Voters Appear to Be Rejecting New Oil Tax
BERKELEY -- Voters appear to be rejecting the idea of levying an extra tax on oil production, according to early voting results. With 29.3 percent of precincts reporting, the No on Proposition votes are leading 57.4 percent to 46.2 percent, according to the California Secretary of State’s office.
The results reflect the reluctance of voters to approve taxes, said Ethan Rarick, director of the Center on Politics at the Berkeley Institute of Governmental Studies. The no vote also reflects the oil companies’ success at painting the proposition as a measure that would increase the cost of gas.
“Gas prices are the ultimate pocketbook issue,” said Rarick.
“I don’t think that the economics of Prop 87 were ever made all that clear,” said Dan Kammen, a professor at UC Berkeley’s Energy and Resources Group and a co-author of the measure. He echoed Rarick’s comments that the opposition succeeded in framing the proposition in voter’s eyes.
The Yes on 87 campaign fell short in explaining the positive economic benefits of the proposition, he said. And with the No campaign spending almost $100 million, the proposition didn’t stand a chance, he added.
“$100 million will buy a lot of votes,” Kammen noted.
During the day, many Bay Area voters seemed to supporting Proposition 87. This was in keeping with a Field poll that noted support for the measure was strongest in coastal regions, while inland areas tended to be against the measure.
In the poll, the No side held a slight lead of 44 percent over the Yes side’s 40 percent. The poll signaled a continued decline in support for the proposition since July. The poll had a margin of error of +/- 3.5 percent.
Support for Prop 87 was strongest in San Francisco County, with 73 percent voting for it. Most supporting counties were clustered in the Bay Area. The No side won in most other counties with percentages of 65 percent or higher against the proposition.
Supporters had hoped that the success of the measure would focus attention on global warming and encourage the United States to work more fervently toward increasing its use of alternative energy.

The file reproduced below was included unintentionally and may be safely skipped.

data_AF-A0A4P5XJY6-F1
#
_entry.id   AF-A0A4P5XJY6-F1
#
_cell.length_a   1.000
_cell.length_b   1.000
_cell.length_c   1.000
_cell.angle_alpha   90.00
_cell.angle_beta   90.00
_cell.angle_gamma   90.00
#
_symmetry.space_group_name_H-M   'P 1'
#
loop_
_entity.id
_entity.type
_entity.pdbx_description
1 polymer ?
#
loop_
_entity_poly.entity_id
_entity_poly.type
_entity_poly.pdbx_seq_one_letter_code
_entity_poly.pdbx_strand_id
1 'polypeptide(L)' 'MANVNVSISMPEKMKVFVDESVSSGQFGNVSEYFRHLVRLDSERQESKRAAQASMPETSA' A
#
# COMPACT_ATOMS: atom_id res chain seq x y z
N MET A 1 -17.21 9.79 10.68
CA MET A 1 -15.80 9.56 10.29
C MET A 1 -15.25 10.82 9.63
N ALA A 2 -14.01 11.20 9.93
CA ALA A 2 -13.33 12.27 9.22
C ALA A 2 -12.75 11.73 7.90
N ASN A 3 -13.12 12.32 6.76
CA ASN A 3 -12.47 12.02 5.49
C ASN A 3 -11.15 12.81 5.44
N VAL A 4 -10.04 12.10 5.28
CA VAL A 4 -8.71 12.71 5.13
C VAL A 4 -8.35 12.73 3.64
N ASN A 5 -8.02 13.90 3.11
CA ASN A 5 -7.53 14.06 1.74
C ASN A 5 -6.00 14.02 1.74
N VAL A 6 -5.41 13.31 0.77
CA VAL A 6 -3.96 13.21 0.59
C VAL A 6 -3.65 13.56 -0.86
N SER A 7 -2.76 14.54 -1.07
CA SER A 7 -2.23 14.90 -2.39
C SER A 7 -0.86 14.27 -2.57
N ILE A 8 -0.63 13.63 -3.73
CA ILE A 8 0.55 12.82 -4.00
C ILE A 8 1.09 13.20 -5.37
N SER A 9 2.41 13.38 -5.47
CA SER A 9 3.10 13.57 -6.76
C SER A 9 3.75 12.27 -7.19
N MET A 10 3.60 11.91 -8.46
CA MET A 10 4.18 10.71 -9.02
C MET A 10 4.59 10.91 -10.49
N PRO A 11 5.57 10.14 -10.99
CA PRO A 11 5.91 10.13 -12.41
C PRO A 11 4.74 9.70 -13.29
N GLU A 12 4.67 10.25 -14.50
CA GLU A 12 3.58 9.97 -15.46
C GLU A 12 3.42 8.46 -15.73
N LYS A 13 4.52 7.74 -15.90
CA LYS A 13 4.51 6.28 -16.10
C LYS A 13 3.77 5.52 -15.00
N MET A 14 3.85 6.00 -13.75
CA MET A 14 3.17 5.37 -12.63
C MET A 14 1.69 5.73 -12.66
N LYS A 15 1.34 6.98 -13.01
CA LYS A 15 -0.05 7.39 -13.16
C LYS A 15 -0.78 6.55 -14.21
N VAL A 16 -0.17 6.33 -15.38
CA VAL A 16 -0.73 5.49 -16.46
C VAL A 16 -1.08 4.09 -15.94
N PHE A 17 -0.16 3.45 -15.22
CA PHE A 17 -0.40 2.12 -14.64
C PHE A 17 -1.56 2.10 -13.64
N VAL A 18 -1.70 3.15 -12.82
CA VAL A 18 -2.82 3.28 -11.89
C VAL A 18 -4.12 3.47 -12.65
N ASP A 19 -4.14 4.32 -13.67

“87 will hopefully result in making sure that California—and by extension, hopefully, the United States—can move toward new energy sources that are more sustainable and have a less harmful impact on the environment,” said Ali Saidi, 32, of Richmond.
Proposition 87 would have established a tax on oil pumped in California. The revenues from this tax were to be used to fund companies and programs developing alternative fuels and efficient technologies. The goal of its authors was to reduce California fuel consumption by 25 percent by 2017.
The tax would have remained in effect until it raised $4 billion.
Opponents claimed that the tax would have reduced state oil production, leading to increased foreign imports and higher gas prices. Supporters disputed this contention and pointed out that the initiative was specifically designed to prevent oil companies from passing the tax on to consumers. In addition, oil prices are determined by the world market, not by California production, said Severin Borenstein, the director of the University of California Energy Institute, who is not affiliated with either side of the proposition.
Opponents were also worried that the proposition would also reduce funding for schools and public safety.
The current taxes on oil now go into the state’s General Fund, where they can be used for a variety of purposes. Proposition 87 would mandate that all oil taxes go into a special fund that can only be used to promote alternative energy. The California Legislative Analyst’s Office says any losses would probably not exceed a few million dollars for local property taxes, $10 million in state income taxes, and $15 million in state oil revenues. Supporters contend that this money is necessary to put muscle behind California’s global warming laws.
The Yes on 87 campaign’s supporters included environmentalists, venture capitalists, the American Lung Association of California, well-known Hollywood figures, and prominent Democrats like Bill Clinton and Al Gore.
The coalition opposed to Prop 87 included oil companies, the California Chamber of Commerce, several education administrators, and firefighter and police groups.
More than $155 million has been raised by both sides of Prop 87, making it the most expensive proposition race in California history. Chevron and Aera Energy have provided most of the No on 87 campaign’s funding, with $71 million of $95 million total, while the Hollywood producer Stephen Bing has provided the bulk of Yes on 87 campaign’s $61 million by donating $50 million of his own money.
As a result, he found the tax on oil producers to be particularly appealing. “I am far less about alternative fuels than I am about the fair regulation of petroleum prices.”